While he was in Bethany, reclining at the table in the home of Simon the Leper, a woman came with an alabaster jar of very expensive perfume, made of pure nard. She broke the jar and poured the perfume on his head.
Some of those present were saying indignantly to one another, “Why this waste of perfume? It could have been sold for more than a year’s wages and the money given to the poor.” And they rebuked her harshly.
“Leave her alone,” said Jesus. “Why are you bothering her? She has done a beautiful thing to me. The poor you will always have with you, and you can help them any time you want. But you will not always have me. She did what she could. She poured perfume on my body beforehand to prepare for my burial. Truly I tell you, wherever the gospel is preached throughout the world, what she has done will also be told, in memory of her.”
Prayer is sometimes seen as a luxury – something that people who have disposable time and attention undertake because they can afford to. Likewise, prayer is sometimes seen as a means to an end – something that people do to speed up a process like healing, spiritual growth, wisdom, etc. When we view prayer as simply a nice add-on (luxury) or as a catalyst for (most likely our own) agendas (necessity), we miss what Mark shows us in this story of the woman anointing Jesus with expensive perfume. Prayer doesn't sit on the spectrum between necessity and luxury. Prayer invites us to see what’s in front of us; not in terms of necessity and luxury, but in terms of seeing the present moment for the fullness and richness that is already there in that moment. This unnamed woman in Mark saw something in Jesus that no one else in the room could see (his impending death) and acted accordingly. Prayer helps us notice these divine moments that are often right in front of us, and then helps us look around and look ahead to act accordingly.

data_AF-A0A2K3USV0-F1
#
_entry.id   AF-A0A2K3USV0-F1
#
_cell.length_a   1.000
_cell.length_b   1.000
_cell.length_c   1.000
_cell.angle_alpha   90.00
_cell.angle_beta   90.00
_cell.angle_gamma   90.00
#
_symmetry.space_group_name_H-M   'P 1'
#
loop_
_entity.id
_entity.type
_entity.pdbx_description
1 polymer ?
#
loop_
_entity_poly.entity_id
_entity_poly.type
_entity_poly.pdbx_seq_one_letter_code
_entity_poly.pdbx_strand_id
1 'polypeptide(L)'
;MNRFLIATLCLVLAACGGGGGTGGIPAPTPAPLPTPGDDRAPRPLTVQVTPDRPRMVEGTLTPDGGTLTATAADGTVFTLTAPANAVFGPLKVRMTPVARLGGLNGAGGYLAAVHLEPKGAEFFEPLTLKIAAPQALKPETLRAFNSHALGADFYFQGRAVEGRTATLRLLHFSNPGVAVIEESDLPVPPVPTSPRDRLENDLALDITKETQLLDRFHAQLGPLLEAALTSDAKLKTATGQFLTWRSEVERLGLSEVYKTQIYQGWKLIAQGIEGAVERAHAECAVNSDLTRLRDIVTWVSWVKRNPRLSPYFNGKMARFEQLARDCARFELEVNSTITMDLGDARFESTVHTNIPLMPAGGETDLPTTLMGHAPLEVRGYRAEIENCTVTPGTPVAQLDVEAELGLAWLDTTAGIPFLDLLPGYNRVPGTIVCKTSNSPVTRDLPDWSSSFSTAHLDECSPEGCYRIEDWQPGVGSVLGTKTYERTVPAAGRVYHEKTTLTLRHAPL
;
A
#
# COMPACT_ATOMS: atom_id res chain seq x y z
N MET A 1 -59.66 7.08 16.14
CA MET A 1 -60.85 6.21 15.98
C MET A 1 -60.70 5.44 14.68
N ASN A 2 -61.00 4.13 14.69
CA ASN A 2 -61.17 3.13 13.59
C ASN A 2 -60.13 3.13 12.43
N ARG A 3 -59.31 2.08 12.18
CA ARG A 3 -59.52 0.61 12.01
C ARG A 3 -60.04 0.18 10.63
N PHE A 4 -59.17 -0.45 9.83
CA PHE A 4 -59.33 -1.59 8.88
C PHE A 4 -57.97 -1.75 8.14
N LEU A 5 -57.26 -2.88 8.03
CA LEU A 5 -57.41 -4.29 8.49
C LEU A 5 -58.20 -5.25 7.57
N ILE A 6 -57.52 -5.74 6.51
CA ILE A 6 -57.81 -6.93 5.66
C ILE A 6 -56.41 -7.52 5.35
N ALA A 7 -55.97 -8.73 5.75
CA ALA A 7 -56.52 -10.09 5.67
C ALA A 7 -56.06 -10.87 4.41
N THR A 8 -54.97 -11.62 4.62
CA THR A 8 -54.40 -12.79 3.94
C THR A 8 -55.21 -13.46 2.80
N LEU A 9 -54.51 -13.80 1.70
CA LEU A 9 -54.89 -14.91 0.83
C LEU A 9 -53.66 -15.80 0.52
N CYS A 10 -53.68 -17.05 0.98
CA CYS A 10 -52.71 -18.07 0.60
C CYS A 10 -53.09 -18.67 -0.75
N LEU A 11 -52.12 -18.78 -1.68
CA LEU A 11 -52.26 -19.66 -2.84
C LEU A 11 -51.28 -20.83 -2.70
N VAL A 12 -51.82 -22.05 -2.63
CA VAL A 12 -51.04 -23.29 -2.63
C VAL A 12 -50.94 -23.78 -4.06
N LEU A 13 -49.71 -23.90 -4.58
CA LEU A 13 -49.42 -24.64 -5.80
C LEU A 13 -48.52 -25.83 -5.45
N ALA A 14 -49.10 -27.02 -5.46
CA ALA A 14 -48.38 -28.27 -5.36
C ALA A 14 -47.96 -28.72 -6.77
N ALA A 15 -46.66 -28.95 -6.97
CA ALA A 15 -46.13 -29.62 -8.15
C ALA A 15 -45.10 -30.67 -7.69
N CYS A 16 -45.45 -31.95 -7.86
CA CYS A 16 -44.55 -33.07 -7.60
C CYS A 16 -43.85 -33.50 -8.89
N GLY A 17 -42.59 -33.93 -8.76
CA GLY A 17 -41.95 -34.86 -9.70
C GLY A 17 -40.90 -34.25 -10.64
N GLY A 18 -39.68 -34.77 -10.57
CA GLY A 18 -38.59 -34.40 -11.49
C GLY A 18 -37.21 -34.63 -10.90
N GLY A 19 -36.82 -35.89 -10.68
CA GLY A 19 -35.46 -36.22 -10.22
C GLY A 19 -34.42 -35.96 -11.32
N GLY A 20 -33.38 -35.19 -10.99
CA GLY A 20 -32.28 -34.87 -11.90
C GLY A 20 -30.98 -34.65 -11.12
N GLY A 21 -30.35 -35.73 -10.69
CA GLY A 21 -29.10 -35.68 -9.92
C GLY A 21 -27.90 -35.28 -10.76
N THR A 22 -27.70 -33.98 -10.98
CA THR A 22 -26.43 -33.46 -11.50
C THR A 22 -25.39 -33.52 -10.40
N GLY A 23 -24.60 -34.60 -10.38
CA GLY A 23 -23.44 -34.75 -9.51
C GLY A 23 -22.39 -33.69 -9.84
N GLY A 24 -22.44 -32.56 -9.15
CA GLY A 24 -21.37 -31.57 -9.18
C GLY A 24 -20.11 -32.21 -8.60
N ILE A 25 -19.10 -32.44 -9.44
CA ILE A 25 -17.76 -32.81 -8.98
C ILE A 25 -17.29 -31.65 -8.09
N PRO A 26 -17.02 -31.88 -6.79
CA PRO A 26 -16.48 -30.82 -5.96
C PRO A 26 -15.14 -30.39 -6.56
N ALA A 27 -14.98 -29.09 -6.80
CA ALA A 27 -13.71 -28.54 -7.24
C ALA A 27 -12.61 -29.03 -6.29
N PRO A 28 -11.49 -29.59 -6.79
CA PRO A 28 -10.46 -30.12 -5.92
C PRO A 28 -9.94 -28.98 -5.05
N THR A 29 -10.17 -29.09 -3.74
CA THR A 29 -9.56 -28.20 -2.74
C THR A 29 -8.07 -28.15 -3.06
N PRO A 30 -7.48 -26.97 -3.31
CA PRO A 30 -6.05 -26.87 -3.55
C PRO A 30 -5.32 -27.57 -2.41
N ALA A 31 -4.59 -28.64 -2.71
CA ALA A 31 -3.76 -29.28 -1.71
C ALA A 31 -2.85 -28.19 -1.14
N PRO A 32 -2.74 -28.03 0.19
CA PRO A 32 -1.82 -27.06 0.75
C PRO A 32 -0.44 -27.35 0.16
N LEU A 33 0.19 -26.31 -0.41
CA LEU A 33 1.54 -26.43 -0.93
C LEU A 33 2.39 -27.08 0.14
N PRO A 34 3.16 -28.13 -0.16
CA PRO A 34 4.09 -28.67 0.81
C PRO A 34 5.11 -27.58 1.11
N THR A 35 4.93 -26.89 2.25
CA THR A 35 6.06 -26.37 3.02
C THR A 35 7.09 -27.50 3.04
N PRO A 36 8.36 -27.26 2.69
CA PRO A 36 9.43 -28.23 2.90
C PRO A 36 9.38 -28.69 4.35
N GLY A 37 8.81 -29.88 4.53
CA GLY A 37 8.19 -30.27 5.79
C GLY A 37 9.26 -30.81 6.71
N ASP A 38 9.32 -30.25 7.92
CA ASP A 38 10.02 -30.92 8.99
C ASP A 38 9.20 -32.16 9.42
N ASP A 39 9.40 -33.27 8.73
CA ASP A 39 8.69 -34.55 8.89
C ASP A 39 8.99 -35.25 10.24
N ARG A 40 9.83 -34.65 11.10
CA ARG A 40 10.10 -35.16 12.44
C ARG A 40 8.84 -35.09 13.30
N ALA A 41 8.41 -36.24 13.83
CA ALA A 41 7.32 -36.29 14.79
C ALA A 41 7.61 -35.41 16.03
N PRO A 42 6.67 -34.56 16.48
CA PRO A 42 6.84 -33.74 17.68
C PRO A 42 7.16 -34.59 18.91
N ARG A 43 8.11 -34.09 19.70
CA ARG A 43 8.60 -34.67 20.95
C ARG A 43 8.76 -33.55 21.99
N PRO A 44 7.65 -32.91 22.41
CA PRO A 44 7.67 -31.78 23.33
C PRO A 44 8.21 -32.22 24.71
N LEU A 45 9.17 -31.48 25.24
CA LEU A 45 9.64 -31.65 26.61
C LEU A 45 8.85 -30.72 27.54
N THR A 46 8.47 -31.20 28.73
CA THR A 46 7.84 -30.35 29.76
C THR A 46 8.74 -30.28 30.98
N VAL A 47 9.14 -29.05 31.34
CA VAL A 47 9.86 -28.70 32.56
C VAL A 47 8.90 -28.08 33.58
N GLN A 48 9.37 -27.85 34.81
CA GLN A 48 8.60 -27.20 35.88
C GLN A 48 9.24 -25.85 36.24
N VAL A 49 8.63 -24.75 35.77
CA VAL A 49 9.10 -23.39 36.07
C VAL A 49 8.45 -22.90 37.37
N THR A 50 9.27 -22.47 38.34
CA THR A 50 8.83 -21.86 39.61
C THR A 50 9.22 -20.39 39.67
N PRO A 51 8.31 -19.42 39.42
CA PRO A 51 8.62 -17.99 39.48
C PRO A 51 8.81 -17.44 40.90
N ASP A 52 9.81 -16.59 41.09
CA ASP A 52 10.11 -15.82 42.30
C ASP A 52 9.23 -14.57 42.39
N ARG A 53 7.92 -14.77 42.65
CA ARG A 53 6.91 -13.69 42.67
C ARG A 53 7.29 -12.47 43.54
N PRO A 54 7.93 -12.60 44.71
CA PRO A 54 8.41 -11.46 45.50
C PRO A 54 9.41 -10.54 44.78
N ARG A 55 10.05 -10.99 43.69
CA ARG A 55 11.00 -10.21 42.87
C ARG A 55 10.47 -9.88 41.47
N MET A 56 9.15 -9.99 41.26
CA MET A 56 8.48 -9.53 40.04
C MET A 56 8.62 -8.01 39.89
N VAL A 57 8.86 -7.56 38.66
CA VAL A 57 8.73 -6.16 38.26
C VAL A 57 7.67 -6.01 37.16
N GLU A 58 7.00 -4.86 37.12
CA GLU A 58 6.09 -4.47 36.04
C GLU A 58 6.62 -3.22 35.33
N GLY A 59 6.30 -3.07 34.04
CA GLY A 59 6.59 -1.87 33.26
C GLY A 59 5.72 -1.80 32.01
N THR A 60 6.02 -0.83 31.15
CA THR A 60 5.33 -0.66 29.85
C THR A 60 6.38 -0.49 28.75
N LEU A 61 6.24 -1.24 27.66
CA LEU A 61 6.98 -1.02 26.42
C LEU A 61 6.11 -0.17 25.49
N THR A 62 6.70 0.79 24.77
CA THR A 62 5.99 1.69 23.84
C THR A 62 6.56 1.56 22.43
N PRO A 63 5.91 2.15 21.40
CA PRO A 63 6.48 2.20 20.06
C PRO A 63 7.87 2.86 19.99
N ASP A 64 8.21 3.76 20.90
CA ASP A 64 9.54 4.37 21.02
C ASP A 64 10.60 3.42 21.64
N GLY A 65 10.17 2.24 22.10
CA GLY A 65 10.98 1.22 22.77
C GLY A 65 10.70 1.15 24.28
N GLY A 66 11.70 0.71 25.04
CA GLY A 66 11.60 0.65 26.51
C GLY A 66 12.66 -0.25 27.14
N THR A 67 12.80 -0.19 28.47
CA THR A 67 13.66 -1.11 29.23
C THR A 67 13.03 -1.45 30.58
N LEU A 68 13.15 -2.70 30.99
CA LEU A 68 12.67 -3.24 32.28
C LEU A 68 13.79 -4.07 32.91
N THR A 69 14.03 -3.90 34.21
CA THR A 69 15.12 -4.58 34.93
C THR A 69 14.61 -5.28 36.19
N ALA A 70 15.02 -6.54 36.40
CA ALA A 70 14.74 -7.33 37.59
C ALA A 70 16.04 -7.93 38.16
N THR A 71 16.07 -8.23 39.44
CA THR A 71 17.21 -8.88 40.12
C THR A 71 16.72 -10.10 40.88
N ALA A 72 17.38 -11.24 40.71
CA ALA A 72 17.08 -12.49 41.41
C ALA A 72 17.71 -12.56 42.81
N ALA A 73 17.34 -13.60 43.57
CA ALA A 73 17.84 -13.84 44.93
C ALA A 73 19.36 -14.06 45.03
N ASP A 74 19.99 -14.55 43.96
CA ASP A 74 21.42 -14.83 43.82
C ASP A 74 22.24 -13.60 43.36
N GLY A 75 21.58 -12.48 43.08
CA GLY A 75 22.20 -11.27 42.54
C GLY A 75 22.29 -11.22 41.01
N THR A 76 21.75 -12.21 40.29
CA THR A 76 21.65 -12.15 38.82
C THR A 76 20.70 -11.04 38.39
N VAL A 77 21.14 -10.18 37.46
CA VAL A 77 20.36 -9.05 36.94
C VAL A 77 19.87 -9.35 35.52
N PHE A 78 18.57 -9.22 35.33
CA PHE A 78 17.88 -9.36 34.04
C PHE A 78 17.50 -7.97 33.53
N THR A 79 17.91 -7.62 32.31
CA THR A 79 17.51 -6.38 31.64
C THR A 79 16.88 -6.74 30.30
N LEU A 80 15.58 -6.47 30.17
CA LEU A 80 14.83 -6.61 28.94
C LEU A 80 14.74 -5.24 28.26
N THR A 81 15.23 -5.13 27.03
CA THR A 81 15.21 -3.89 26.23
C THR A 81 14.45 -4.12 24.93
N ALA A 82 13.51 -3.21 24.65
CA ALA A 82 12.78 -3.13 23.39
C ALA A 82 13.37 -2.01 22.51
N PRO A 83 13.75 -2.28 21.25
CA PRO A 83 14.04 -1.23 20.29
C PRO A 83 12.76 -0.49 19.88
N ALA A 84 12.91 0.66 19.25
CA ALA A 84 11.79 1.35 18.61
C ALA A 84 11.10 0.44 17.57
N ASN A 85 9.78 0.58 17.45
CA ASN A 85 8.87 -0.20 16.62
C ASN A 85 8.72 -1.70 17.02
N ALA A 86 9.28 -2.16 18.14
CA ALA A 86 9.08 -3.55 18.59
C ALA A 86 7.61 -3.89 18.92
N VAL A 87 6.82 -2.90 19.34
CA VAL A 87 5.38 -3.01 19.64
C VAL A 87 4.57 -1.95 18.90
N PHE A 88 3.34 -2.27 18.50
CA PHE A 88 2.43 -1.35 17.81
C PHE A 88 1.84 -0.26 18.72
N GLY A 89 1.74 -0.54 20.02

As you pray today:
1) Look around and be aware of the divine moments happening all around you – they are neither luxury or necessity, they are gifts that only need unwrapped with our awareness.
2) Look ahead to how your participation in these moments (the things right in front of you today) dovetail with the larger story of God (either in terms of death/resurrection, creation/incarnation/recreation, creation/fall/redemption, etc.).
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Tomorrow on the Daily Connection: Deeper Dive Podcast (Mark 14:1-11)
About the Author
Isaac Gaff is the Managing Director of Worship and Creative Arts at Calvary UMC